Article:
Ben lost his first grandparent in 2003 when he was only 5 years old. Concrete concepts were easy to explain but abstract ideas like death were much harder to work with. We never wanted to use terms like "he is sleeping" where Ben might be afraid to go to sleep and describing the permeance of the situation was also a concern.
We often wrote social stories to help Ben with concepts he was working to understand. Social stories were developed by Carol Gray with the idea of explaining harder concepts in simple words and actual pictures. Being able to have the material repeated over and over in the same way was comforting to Ben and he always preferred books with real pictures rather than drawings or cartoons.
There are some wonderful sample social stories on Carol Gray's web site. We developed social stories for everything from safety concerns like crossing the street to reasons not to kick the back of dad's seat while he was driving.
Photo books work great for developing your own social stories. Taking pictures of the story you want to present and the printing words to go along with the events are inexpensive and easy to modify.
We made a social story one summer by visiting Ben's new school placement and took pictures of the room, room number, cafeteria, gym and playground. He looked at it every day and we read it over and over to prepare him for the change. Of course, he came home the first day of school exclaiming "They put me in the wrong class!" He could not explain any further than that and the office was closed by the time his bus arrived.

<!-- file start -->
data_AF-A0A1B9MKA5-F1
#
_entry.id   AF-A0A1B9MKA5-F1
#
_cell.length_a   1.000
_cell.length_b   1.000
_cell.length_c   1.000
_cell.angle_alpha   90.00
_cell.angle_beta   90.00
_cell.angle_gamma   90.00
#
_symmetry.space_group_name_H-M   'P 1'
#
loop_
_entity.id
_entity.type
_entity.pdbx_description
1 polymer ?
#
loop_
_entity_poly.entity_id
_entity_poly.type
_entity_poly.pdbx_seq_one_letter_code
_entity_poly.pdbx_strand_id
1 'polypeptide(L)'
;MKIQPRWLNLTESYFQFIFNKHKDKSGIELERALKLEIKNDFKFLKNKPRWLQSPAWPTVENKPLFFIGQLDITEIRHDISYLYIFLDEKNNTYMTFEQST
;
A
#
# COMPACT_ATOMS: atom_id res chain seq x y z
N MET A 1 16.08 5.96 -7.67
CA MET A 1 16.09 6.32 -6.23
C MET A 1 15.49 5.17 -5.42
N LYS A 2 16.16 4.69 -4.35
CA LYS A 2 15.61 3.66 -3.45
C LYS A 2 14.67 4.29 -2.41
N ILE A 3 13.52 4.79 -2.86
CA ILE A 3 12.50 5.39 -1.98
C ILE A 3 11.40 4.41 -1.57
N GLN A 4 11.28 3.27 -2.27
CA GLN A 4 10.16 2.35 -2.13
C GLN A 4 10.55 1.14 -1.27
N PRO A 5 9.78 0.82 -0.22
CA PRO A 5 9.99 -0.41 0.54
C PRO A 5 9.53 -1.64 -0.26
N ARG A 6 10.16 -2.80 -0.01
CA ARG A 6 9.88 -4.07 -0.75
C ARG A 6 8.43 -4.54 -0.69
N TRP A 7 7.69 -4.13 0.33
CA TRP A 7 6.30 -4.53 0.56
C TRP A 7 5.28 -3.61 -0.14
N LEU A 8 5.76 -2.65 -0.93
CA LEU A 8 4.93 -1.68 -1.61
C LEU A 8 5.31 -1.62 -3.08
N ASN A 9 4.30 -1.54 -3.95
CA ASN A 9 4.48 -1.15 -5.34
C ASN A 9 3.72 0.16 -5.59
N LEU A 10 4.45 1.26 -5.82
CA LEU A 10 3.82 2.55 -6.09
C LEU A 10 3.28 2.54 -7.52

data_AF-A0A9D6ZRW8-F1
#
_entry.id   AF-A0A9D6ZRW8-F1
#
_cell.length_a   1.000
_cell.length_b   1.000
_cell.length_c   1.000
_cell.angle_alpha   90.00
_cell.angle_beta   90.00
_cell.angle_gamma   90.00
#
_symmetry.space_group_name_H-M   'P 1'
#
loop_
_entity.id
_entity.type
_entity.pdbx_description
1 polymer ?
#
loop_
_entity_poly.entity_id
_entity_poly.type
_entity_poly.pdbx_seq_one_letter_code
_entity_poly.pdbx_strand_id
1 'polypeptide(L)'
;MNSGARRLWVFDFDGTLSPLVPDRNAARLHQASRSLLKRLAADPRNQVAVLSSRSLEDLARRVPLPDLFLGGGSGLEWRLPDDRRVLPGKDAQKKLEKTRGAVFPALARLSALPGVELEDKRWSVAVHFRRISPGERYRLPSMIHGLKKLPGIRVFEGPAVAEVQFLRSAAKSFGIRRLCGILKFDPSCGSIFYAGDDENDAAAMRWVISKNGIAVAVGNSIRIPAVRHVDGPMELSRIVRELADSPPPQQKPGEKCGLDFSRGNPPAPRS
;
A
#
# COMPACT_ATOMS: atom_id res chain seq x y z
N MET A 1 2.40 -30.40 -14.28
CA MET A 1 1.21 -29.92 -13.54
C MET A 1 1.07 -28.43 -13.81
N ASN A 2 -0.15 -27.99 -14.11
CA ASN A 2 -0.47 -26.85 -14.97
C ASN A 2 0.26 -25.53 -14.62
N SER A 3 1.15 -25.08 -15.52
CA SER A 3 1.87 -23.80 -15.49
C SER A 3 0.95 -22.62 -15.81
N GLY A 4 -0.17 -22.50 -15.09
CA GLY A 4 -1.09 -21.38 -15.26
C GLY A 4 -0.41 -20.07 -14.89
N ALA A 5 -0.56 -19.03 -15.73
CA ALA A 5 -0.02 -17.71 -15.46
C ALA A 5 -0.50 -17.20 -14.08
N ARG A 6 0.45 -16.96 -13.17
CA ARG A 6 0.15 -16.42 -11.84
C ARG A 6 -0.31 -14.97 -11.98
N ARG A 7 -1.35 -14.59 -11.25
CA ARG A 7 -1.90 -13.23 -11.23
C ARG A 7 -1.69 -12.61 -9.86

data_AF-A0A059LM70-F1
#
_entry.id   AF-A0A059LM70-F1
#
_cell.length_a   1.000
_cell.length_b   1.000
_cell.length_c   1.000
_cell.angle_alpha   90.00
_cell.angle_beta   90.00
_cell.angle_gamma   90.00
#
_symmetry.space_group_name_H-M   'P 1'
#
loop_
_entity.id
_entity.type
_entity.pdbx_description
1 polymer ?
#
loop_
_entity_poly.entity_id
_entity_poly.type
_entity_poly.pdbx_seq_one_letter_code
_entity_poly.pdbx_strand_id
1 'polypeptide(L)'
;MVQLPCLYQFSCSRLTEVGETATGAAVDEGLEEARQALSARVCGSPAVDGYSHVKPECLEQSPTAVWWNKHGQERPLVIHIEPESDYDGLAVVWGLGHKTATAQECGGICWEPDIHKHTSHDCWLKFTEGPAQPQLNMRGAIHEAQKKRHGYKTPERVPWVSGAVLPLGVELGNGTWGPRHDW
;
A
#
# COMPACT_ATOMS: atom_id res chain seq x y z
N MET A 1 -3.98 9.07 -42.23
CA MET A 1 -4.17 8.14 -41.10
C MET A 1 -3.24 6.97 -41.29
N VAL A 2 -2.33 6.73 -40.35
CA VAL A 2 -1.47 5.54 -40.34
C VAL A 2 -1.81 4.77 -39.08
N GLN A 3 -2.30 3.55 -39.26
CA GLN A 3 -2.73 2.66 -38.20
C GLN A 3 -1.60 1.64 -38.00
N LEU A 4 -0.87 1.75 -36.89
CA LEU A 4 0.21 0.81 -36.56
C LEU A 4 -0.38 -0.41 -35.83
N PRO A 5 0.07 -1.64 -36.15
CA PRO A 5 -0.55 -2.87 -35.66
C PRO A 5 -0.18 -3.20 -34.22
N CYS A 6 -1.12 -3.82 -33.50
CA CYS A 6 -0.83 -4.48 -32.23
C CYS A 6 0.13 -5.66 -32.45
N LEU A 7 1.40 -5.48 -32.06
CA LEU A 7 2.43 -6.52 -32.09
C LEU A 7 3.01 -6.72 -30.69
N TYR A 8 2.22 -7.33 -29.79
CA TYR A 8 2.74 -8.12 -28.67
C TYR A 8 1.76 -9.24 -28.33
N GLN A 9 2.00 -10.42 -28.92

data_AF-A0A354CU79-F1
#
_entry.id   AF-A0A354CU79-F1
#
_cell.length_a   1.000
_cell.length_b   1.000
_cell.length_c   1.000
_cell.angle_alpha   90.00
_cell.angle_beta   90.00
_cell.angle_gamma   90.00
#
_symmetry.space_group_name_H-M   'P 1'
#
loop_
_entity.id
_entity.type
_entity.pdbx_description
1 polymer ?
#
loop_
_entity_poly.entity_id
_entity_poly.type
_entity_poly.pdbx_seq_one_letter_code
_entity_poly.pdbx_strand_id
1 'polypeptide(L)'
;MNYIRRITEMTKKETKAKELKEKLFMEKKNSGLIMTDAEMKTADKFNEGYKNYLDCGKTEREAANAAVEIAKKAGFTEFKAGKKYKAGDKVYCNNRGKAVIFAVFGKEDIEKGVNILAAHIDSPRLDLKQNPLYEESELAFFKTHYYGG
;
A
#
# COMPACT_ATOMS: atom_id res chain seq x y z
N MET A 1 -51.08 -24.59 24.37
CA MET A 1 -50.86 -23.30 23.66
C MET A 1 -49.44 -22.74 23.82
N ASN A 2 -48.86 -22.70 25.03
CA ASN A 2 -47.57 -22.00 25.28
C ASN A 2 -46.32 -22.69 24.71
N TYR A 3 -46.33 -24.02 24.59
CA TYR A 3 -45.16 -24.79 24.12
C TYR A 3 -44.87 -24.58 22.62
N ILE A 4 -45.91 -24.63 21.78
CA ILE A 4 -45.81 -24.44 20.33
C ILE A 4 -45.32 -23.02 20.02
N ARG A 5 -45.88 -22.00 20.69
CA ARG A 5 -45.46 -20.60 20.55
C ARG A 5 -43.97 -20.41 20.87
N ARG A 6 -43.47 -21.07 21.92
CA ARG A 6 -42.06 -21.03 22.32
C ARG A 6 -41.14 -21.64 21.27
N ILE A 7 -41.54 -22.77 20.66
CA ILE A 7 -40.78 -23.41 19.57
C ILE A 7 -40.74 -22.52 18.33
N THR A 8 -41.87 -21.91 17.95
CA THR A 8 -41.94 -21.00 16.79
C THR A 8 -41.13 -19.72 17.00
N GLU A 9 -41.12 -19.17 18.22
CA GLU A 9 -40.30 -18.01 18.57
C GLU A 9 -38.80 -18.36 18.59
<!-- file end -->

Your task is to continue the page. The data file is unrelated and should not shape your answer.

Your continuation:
Momma marched herself up to the school bright and early the next day to find
out what had occurred. The office explained that they had to split the class and felt that Ben was a better fit for the other room which made sense, it was just disturbing that they would not think a change like that would be upsetting to any child let alone someone on the spectrum. Sometimes the best laid plans don't play out like we think they should.
Our faith has always been a source of strength in hard times and the belief that we will be reunited with those who die before us is a great comfort in times of loss. We wrote a social story that told Ben that "Pop-Pop was very sick, and the doctors tried to make him better but he was too sick". We hoped to covey the fact that not every sickness is something to worry about and we wanted him to know that we tried our best to help Pop-pop get better.
We told Ben that "Pop-Pop was in a wonderful place called heaven where there is no more sickness or pain and that he was with Jesus" to which Ben responded "I'm going up to heaven, to fight Jesus and get Pop-pop back". It was always fascinating to try to understand what was going on in his mind and this response just showed us how much he loved his pop-pop.
Fast forward 19 years to when Ben was 24 years old lost his Grammy. His response was so mature and demonstrated how he integrated his faith into hope and was able to feel sad about losing her but hopeful that we will see her again. He went every day to visit her, prayed with her and sang over her which brought her great comfort and helped him process his loss.
Love you more,